Streamlined Filing Compliance Procedures: An In-Depth Case Study

Many expats don’t realize that they still are required to file annual Federal Tax Returns to the US long after they’ve moved abroad. In fact, they’ll need to file each year as long as they meet the income threshold and retain their US citizenship. But, there is a way to get caught up without paying stiff penalties that accompany late filings. Using the Streamlined Filing Compliance Procedures can help expats become tax compliant and save money at the same time. Check out our in-depth case study below to learn more about using these procedures.

Meet Ivy Expat!

Ivy Expat decided to move to Japan after graduating from college to teach English as a second language. She loved Japan so much that she decided to stay! Ten years later, Ivy has seen the news of expats in France who are fighting back against FATCA (Foreign Account Tax Compliance Act) and the lingering tax-filing requirement that all American citizens have. It never occurred to her that she still needed to file US taxes, since she lives in Japan and only makes money in Japan.

Ivy makes a salary as a teacher that falls wells below the Foreign Earned Income Exclusion (FEIE), so in all likelihood, she won’t owe US taxes. But that does not negate her requirement to file an information return each year.

Ivy has a foreign bank account where she is saving money for a house with the inheritance she received from her grandmother – this account has $10,000 in it. Her other bank account usually has a small amount of fluctuating income in of it. Since these accounts total more than the threshold of $10,000, she is obligated to file annual FBARs (Foreign Bank Account Reports) to FinCEN (Financial Crimes Enforcement Network) at the US Department of Treasury. Since each non-willful FBAR violation can carry a $10,000 penalty, and she has been accidentally violating this for over five years, she has what the IRS refers to as “seriously delinquent tax debt.”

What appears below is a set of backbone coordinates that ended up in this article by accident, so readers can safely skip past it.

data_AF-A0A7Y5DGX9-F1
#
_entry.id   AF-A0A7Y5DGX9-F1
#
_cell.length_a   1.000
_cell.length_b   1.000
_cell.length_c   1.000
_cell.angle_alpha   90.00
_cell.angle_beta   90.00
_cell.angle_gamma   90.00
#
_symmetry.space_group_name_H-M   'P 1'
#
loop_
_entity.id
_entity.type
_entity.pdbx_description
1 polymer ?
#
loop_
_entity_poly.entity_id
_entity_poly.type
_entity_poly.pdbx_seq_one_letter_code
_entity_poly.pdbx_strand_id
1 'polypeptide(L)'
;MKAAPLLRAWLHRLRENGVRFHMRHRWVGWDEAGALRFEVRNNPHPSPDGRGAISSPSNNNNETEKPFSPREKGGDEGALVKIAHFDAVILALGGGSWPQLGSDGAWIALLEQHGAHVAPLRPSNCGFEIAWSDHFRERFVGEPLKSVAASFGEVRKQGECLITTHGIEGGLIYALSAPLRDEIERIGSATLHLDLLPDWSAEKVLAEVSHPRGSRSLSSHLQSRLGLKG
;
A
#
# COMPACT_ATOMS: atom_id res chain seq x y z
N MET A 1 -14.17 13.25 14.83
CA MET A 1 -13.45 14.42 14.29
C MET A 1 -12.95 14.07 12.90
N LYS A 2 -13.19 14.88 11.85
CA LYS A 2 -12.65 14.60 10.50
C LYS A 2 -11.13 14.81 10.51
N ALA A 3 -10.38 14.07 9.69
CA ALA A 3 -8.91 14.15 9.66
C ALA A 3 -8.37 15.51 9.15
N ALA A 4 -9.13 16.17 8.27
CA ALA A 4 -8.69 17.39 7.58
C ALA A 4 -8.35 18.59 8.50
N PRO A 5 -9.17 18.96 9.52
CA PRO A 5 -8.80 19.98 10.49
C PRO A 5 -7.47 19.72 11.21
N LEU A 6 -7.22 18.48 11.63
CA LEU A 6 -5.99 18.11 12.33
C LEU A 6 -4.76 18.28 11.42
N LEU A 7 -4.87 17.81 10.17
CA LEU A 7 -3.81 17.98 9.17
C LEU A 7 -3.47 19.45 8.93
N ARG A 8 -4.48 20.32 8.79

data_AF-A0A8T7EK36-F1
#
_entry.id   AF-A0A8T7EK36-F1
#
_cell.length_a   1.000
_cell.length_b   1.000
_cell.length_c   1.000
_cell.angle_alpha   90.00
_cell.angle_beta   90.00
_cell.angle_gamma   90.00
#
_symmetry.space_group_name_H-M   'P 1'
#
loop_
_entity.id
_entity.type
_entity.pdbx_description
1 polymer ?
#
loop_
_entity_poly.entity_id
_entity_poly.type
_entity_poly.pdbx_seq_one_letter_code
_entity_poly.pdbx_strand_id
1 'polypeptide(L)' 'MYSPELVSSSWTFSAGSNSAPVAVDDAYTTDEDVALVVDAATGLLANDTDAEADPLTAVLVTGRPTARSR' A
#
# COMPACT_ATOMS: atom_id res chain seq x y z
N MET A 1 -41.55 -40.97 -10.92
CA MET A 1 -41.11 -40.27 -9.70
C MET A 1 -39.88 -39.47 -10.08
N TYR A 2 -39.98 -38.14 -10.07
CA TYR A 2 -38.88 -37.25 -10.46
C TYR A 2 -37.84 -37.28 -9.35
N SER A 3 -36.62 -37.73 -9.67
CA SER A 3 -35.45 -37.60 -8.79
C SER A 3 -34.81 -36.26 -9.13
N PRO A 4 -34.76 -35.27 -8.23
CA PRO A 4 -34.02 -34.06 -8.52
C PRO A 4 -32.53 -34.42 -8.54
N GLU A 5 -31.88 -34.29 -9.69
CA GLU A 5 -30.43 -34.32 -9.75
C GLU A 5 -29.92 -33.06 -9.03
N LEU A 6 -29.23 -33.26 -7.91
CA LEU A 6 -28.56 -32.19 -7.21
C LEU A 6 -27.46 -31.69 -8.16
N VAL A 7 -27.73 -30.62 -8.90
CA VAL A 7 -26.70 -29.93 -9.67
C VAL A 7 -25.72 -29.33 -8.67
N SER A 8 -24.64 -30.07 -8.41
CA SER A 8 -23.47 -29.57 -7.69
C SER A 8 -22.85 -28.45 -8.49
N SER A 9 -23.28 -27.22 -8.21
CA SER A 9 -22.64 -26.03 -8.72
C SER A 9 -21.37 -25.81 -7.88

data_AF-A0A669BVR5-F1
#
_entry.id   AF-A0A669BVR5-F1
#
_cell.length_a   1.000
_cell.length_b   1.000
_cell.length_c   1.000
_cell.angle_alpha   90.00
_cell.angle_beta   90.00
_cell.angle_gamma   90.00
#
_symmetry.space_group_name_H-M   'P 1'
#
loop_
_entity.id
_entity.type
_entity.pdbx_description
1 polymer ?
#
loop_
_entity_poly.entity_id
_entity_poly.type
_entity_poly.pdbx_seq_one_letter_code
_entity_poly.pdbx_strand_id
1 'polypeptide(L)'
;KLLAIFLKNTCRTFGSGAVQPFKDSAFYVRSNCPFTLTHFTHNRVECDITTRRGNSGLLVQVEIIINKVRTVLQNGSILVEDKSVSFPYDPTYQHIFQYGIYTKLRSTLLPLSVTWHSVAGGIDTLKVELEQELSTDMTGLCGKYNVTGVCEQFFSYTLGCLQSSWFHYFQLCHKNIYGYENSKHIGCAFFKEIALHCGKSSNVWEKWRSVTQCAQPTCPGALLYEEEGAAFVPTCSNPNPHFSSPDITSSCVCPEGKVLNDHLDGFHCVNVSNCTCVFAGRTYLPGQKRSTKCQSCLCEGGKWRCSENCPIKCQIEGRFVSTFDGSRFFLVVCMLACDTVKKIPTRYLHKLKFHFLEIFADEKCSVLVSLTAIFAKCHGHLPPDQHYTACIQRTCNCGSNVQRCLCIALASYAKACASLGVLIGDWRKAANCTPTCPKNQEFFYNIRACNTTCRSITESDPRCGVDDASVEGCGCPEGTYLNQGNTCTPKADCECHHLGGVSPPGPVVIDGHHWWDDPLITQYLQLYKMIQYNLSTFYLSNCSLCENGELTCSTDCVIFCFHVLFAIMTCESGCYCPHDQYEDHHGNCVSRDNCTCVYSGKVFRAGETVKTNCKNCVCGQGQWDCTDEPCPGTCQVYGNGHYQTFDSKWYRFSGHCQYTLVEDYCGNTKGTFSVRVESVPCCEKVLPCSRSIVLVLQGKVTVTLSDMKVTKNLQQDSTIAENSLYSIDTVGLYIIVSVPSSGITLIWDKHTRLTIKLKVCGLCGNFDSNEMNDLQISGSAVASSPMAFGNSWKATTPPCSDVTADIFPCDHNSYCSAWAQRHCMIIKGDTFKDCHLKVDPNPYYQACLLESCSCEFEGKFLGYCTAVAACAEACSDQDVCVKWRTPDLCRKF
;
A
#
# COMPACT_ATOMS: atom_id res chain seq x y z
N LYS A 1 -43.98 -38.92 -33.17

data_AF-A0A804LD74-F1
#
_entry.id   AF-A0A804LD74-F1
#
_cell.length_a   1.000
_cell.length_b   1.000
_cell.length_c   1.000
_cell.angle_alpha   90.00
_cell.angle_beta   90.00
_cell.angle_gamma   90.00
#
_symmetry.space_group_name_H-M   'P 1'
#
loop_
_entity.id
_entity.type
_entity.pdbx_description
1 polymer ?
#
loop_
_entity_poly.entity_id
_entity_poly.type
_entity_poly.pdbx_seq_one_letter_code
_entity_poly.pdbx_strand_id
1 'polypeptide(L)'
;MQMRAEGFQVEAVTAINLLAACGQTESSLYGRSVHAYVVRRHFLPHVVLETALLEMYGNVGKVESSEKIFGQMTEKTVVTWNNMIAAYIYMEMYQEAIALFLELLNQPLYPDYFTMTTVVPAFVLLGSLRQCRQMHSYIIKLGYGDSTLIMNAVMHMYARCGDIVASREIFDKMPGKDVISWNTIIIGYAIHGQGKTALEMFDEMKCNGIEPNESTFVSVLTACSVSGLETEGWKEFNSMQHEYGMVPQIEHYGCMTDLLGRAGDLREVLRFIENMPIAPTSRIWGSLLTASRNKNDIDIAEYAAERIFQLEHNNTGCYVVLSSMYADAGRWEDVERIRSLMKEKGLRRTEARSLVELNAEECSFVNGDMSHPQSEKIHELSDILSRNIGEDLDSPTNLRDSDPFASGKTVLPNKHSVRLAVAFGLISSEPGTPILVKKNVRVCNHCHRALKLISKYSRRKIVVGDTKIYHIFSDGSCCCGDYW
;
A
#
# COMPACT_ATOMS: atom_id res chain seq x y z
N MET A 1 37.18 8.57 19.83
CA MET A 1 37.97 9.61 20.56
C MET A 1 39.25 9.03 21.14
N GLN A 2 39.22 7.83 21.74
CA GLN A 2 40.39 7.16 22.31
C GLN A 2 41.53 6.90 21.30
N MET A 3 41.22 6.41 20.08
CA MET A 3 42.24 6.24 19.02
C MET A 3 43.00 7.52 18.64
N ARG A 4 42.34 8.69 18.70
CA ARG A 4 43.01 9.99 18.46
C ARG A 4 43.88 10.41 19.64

Seriously delinquent tax debt is debt that tops $52,000. Even though Ivy does not owe taxes, the penalties and fees for not filing have pushed her past the threshold. When this occurs, Ivy should know that her passport is now in jeopardy. Since passports are so integral to expat’s continued ability to live and work abroad, losing her passport could have untold, tragic consequences for her.

What Should Ivy Do?

Since the IRS hasn’t contacted Ivy yet, she can use the Streamlined Filing Compliance Procedures to get caught up on her expat taxes penalty-free. The Streamlined Filing Compliance Procedures are an amnesty program initiated by the IRS to encourage taxpayers to get caught up voluntarily.

To use the Streamlined Filing Compliance Procedures, Ivy will want to gather all the documents necessary for her filing. These documents will include all the information required for filing Federal Tax Returns and FBARs. All pertinent financial information – such as taxes she paid in Japan, real estate transactions, and any income from gifts or inheritance – will be helpful for her report.

Next, she’ll file three years of Federal Tax Returns and six years of FBARs. Due to this stipulation in the Streamlined Filing Compliance Procedures, the program is only available to expats who are several years behind on their taxes. But, when used correctly, the IRS will waive all late filing and FBAR penalties for those whose lack of filing was non-willful. So, she will have to complete Form 14653 (Certification by US Person Residing Outside of the United States for Streamlined Foreign Offshore Procedures) as well, which is an IRS form that certifies all taxes are now up to date and that the expat did not know about the filing requirements. On this form, the IRS requests that you “provide specific reasons for your failure to report all income, pay all tax, and submit all required information returns, including FBARs. Include the whole story, including favorable and unfavorable facts.” Expats should ensure that all relevant details are included in a one page or less summary to satisfy this requirement.

Finally, Ivy’s going to want to take action as soon as possible. The IRS recently terminated other amnesty programs, and it can end the Streamlined Filing Compliance Procedures at any time, as well. Amnesty programs are never meant to be available forever. If Ivy waits for the IRS to contact her about her noncompliance, she will be ineligible to use these money-saving procedures.

Do You Want to Take Advantage of the Streamlined Filing Compliance Procedures?

Greenback has helped many expats through the anxiety and stress of finding out that they were not tax compliant, and they can help you, too. Get started with Greenback today!

Free Guide: 25 Things Every Expat Needs to Know About Taxes

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